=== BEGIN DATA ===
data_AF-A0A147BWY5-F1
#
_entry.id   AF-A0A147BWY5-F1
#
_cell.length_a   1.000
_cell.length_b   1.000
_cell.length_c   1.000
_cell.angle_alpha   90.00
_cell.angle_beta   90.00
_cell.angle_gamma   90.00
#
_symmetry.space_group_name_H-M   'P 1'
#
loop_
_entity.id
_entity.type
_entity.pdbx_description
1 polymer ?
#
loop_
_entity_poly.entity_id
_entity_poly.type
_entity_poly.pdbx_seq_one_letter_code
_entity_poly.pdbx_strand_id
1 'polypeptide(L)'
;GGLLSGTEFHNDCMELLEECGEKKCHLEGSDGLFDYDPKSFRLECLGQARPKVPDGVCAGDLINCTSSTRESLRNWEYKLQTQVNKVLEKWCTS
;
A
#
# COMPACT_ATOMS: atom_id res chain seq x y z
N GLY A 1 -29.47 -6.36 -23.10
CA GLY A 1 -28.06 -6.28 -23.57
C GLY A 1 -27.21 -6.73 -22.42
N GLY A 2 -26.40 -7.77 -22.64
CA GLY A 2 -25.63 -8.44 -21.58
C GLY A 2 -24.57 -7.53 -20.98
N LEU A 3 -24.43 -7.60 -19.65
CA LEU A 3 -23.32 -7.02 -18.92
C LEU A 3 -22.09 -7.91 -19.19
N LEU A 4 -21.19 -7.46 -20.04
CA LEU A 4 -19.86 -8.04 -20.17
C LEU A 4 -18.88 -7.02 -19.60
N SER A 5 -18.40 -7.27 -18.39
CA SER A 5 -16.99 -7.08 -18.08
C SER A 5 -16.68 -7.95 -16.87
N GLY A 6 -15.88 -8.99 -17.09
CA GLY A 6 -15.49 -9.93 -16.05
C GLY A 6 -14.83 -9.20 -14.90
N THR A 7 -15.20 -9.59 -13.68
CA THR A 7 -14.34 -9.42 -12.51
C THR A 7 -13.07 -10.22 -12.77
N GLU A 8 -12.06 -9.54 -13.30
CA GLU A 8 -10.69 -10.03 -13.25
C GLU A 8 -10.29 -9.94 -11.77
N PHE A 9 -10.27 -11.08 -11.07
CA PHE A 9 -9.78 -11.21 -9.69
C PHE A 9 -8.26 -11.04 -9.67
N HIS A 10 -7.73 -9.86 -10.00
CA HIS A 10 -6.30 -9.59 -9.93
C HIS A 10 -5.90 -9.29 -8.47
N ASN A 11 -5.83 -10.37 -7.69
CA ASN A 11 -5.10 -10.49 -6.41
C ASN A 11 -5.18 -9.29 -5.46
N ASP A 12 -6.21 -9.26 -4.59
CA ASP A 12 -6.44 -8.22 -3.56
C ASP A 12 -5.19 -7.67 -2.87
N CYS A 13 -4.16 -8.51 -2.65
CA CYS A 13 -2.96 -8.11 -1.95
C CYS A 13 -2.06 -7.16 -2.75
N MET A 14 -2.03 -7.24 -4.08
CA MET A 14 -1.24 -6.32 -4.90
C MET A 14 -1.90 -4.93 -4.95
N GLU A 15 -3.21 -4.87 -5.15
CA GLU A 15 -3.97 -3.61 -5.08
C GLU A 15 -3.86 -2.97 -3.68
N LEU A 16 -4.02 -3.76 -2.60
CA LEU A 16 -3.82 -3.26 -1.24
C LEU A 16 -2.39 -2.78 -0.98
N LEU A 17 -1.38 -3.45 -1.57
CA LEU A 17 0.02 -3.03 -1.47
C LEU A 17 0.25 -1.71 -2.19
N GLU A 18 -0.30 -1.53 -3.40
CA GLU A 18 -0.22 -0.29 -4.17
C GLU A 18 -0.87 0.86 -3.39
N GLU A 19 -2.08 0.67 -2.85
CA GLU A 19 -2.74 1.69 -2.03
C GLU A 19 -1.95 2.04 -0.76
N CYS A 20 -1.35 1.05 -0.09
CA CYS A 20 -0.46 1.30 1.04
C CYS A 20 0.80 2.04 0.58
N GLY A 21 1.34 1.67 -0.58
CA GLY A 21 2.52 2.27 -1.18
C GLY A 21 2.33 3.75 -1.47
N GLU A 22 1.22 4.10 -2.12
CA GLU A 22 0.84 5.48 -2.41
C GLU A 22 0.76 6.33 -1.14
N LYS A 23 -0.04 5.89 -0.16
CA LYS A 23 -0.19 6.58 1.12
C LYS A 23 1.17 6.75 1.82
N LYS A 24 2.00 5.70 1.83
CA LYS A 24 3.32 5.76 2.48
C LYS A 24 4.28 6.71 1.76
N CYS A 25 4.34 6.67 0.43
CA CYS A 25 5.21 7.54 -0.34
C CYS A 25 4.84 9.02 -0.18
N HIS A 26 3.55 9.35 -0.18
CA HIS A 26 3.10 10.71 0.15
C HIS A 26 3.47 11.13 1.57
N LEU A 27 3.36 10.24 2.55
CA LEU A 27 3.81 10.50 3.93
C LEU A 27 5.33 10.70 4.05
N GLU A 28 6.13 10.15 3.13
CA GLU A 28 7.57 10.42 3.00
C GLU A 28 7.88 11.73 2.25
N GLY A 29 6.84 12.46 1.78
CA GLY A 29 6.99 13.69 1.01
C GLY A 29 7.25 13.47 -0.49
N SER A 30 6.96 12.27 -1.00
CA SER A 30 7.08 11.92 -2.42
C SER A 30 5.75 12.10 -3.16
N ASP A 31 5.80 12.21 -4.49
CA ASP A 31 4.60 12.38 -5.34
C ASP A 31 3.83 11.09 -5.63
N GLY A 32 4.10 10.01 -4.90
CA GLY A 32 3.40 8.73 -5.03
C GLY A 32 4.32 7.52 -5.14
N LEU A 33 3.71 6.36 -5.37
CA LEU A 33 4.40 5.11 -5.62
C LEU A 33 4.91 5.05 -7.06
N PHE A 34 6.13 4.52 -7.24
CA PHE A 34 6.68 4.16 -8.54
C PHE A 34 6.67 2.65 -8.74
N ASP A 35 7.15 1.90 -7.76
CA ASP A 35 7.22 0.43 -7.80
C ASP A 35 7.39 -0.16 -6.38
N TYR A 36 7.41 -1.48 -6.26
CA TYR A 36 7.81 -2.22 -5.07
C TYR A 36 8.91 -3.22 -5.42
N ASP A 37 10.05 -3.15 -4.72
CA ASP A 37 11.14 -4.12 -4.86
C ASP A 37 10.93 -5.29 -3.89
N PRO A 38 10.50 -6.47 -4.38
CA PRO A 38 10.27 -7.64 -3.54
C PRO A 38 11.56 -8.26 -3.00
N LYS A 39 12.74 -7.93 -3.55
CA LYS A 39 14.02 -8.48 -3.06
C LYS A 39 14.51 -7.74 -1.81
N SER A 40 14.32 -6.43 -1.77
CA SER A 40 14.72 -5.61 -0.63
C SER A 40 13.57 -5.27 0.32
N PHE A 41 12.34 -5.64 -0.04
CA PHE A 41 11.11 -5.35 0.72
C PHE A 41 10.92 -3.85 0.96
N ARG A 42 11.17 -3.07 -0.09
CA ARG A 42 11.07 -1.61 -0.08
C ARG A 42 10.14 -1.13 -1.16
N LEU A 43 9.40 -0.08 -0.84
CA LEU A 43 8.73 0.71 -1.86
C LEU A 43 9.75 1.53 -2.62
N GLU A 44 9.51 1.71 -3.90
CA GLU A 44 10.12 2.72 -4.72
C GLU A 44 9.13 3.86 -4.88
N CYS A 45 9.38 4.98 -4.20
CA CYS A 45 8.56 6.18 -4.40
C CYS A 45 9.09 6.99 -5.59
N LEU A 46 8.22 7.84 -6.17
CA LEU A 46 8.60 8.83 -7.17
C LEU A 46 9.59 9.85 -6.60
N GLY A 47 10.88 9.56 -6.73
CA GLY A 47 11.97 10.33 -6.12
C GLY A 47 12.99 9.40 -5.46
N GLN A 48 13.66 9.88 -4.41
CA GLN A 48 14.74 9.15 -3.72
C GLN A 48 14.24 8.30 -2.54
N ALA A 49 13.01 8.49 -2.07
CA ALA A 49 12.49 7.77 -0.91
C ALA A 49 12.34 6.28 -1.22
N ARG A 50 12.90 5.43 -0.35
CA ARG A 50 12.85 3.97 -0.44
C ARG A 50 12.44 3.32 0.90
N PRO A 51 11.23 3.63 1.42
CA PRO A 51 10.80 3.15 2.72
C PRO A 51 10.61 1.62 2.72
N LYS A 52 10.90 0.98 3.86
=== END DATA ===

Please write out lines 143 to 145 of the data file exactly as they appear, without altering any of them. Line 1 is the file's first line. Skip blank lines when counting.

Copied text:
CA PRO A 38 10.27 -7.64 -3.54
C PRO A 38 11.56 -8.26 -3.00
N LYS A 39 12.74 -7.93 -3.55